This handsome chap is Colin Dolby. He put out in his fishing boat five years ago from Leigh-on-Sea England, and was never seen again. Because his wife Jane couldn’t prove he was dead, she could neither claim a widow’s pension nor access his bank account. According to the BBC World Service, Jane and their two children, aged seven and three, had to rely on charity, friends, and the Fishermen’s Mission to pay their rent and buy food.
Eight months after Colin’s boat disappeared, Jane booked herself and the kids a July day out on a steamship that leaves from Leigh-on-Sea, at the sea’s junction with the Thames, and runs up and down the great river. And this first time Jane returned to the water, Colin washed ashore.
Jane had once loved to sing, but after Colin died, she found singing too emotional; she would dissolve in tears each time she sang. So she stopped. For four years. Until she got an idea: she’d round up a couple fishermen’s wives, make a cheap CD, sell it in the local pubs, and donate the resulting hundred pounds or so to the Mission that helped her so much. WELL.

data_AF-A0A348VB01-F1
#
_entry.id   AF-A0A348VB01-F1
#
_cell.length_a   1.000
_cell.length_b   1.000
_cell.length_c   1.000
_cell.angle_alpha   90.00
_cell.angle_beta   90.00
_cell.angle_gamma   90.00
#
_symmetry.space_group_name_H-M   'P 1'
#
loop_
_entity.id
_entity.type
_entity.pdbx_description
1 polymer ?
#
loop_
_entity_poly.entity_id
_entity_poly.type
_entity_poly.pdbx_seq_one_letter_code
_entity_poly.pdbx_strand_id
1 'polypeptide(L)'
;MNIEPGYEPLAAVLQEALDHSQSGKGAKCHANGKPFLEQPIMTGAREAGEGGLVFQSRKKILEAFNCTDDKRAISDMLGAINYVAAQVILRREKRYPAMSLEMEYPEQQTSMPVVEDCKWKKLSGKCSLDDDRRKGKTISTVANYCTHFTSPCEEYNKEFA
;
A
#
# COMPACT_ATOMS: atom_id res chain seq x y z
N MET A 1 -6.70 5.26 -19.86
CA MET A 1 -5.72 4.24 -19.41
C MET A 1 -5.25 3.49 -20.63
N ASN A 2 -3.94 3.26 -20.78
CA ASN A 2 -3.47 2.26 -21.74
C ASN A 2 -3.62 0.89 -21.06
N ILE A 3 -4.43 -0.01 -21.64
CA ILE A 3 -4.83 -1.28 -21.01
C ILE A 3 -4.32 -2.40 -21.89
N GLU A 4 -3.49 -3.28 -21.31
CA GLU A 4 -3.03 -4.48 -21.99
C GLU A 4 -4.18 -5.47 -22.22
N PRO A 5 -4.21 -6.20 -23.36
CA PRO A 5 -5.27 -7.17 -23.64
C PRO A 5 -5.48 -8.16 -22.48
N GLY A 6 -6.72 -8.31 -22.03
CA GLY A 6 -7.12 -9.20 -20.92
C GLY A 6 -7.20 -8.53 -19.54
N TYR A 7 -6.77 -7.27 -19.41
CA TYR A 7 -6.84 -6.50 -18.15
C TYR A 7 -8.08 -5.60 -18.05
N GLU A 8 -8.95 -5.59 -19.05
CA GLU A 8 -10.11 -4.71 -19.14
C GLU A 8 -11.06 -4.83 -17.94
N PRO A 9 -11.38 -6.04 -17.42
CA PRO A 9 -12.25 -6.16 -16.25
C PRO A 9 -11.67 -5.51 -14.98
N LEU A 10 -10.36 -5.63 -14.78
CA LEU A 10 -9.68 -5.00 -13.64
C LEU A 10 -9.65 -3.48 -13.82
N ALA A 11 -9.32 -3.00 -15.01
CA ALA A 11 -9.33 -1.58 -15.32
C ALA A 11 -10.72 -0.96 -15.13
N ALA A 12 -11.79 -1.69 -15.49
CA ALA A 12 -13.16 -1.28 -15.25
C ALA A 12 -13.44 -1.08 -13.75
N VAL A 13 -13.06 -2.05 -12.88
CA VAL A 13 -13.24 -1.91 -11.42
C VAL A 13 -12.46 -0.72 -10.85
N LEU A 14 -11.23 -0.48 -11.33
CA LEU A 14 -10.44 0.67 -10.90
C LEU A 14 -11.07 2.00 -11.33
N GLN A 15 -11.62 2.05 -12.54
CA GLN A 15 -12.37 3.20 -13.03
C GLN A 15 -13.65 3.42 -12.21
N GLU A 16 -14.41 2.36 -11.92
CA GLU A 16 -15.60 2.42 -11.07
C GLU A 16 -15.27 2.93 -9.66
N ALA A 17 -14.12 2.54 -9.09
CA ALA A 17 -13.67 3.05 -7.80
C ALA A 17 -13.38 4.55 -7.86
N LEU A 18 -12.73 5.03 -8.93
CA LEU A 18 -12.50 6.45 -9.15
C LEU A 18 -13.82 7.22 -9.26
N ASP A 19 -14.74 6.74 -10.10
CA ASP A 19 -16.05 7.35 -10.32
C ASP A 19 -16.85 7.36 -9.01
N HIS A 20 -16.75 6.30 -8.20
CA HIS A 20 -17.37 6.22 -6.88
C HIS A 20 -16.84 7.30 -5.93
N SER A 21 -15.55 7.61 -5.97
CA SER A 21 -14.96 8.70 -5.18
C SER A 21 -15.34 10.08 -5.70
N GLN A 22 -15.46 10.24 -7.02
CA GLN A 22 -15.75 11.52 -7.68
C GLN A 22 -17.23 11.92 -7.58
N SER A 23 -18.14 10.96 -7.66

She posted a note to a few Facebook friends, it went viral, and within 48 hours she had her choir. All the women in the choir are either related to, are themselves, or have lost fishers. It turns out there’s too large a pool of potential choir members as fishing is known as one of the most dangerous jobs in the world during peacetime: one in twenty fishers will die or be seriously injured doing their jobs. Hear the Fishwives Choir.
I have been mulling this story over the week or so since I heard it, puzzling what made it so meaningful. I certainly love the outcome, the uplifting tale of one heartbroken woman picking herself up after tragedy and her dedication to paying back what was so generously given. And I love the song–the lilting tune, Jane’s beautiful voice, the two songs’ interwoven net, the choir’s full voice, and the coming together of like-minded women in a community of spirit. But what I really think moved me was the aspect of this story that fits into a recurring theme of this blog: the power of art. Jane was totally overwhelmed and surprised when what she offered came back to her with such force. She chose to express all that had happened–the tidal wave of grief and loss, financial ruin, fear for herself and her children, terror for the future, four years of pain—in art, singing, a form she thought she would never be able to use again. And the result, almost too beautiful to bear, now bears her into the future.
Listen to the Story on BBC World Service
Buy the Single on iTunes (it will cost you a whopping $2, and the money goes to the Fishermen’s Mission)